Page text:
Endonomics

Endonomics - endo-: within; -nomics: laws of. 

Endonomics is a term that I use when discussing how organizations behave and operate. Rather than saying organizational development, organizational design, individual psychologies, group dynamics, and all of the other social & behavioral science terms necessary to understand the functioning of humans pursuing individual and collective ends, I use this concept of endonomics.

Humans are fascinating creatures as the apparatus we employ to make sense of the world is fine-tuned by selective pressures outside of our control and intentional pressures within our control. The result is a collection of histories -- "us" -- that are forced to interact and bring about various civilized phenomena.

These phenomena, automobiles, skyscrapers, buildings, irrigation ducts, field equipment, and computers are upheld by the knowledge bases we've spent millennia refining. Mathematics, logic, physics, law, medicine, and the like are the blocks by which we erect literal and metaphorical towers to our accomplishments.

However, something that has plagued me since undergrad was why the proliferation of fields, subfields, and interdisciplinary departments existed in the first place? Why were there so many hermeneutical schisms, so many interpretive wars, and so many fallouts regarding how knowledge should be applied?

The answer, of course, lay in the fact that we are humans, but more useful, it lay in how we conceptualized cause-and-effect. Causality, much like anxiety in psychology, is an extraordinarily powerful concept that sheds floodlights on individuals and their interactions. When people are asked about temporality (time), ordinality (ordering), and spatiality (space), their understanding of dynamics reveal the peculiarities that make us such fascinating creatures.

Our brains are computers, but not the kind of computer found atop your workstation. It is a computer, an information processor, that tunes synapses to respond to environmental stimuli relevant to our biology. I read a piece by Steven Pinker recently where he put forth the idea that natural selection gives you organs of your ancestors; ergo, we have brains that were fine-tuned for life as hunter-gatherers and potentially early agrarians, but certainly not one where the brute crunching of numbers or technological wizardry were norms.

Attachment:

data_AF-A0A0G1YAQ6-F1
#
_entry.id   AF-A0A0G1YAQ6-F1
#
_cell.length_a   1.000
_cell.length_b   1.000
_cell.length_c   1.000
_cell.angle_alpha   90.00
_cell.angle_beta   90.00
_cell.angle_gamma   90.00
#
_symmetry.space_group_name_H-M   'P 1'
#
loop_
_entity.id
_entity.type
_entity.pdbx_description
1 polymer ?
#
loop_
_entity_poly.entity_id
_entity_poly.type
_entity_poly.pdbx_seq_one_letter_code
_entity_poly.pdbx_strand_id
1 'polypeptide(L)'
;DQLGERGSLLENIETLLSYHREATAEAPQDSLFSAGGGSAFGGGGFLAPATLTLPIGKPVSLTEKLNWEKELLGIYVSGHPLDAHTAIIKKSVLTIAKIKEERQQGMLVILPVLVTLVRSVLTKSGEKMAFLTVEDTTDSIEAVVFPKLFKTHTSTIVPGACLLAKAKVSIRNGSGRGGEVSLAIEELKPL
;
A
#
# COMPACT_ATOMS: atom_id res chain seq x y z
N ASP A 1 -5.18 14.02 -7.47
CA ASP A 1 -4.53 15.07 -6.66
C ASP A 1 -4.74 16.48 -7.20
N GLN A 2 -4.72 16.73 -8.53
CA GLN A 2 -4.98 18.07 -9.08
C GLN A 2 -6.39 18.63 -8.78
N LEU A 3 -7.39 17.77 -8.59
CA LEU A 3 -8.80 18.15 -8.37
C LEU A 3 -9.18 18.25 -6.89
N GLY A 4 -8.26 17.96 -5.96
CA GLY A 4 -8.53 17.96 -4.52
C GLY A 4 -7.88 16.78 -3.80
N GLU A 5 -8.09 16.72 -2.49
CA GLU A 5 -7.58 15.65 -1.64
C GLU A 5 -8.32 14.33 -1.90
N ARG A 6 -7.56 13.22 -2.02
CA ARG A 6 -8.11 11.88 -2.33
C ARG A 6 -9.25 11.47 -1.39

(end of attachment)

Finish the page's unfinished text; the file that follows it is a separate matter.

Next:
As challenging as it may be for us, when understanding the "laws of within", that is, within organizations, institutions, and other macro systems, we cannot lose sight of this truth. Our computing apparatuses are "natural". They were formed and fashioned by nature.

This should put things like "interpretation" in order and reveal why empirically based methods found in science should dominate collective efforts, while intuitively based efforts will continue to dominate individual efforts. Empiricism is far too costly for most individuals, we simply don't have time to painstakingly double-check every single observation, while collectives can distribute this task across all capable bodies.

What we have, then, is the classic people/policy dyad. People represent intuitions, policy represents empirics; one is not more important than the other, but neither are less important either.

Endonomics seeks stabilities between micro and macro considerations. From individual decision making to nationwide policy efforts, it tries to follow the bread crumbs from the few humans that first introduced the policy, all the way down to it implementation.

Furthermore, and more relevant to our work, endonomics seeks the stabilities between individual histories (individual persons) and the collective process that we call having a job.

Its fun, exciting, and challenging work, but I think there are many groundbreaking discoveries to be made.

Bryce Brown
conover + brown

Bryce Brown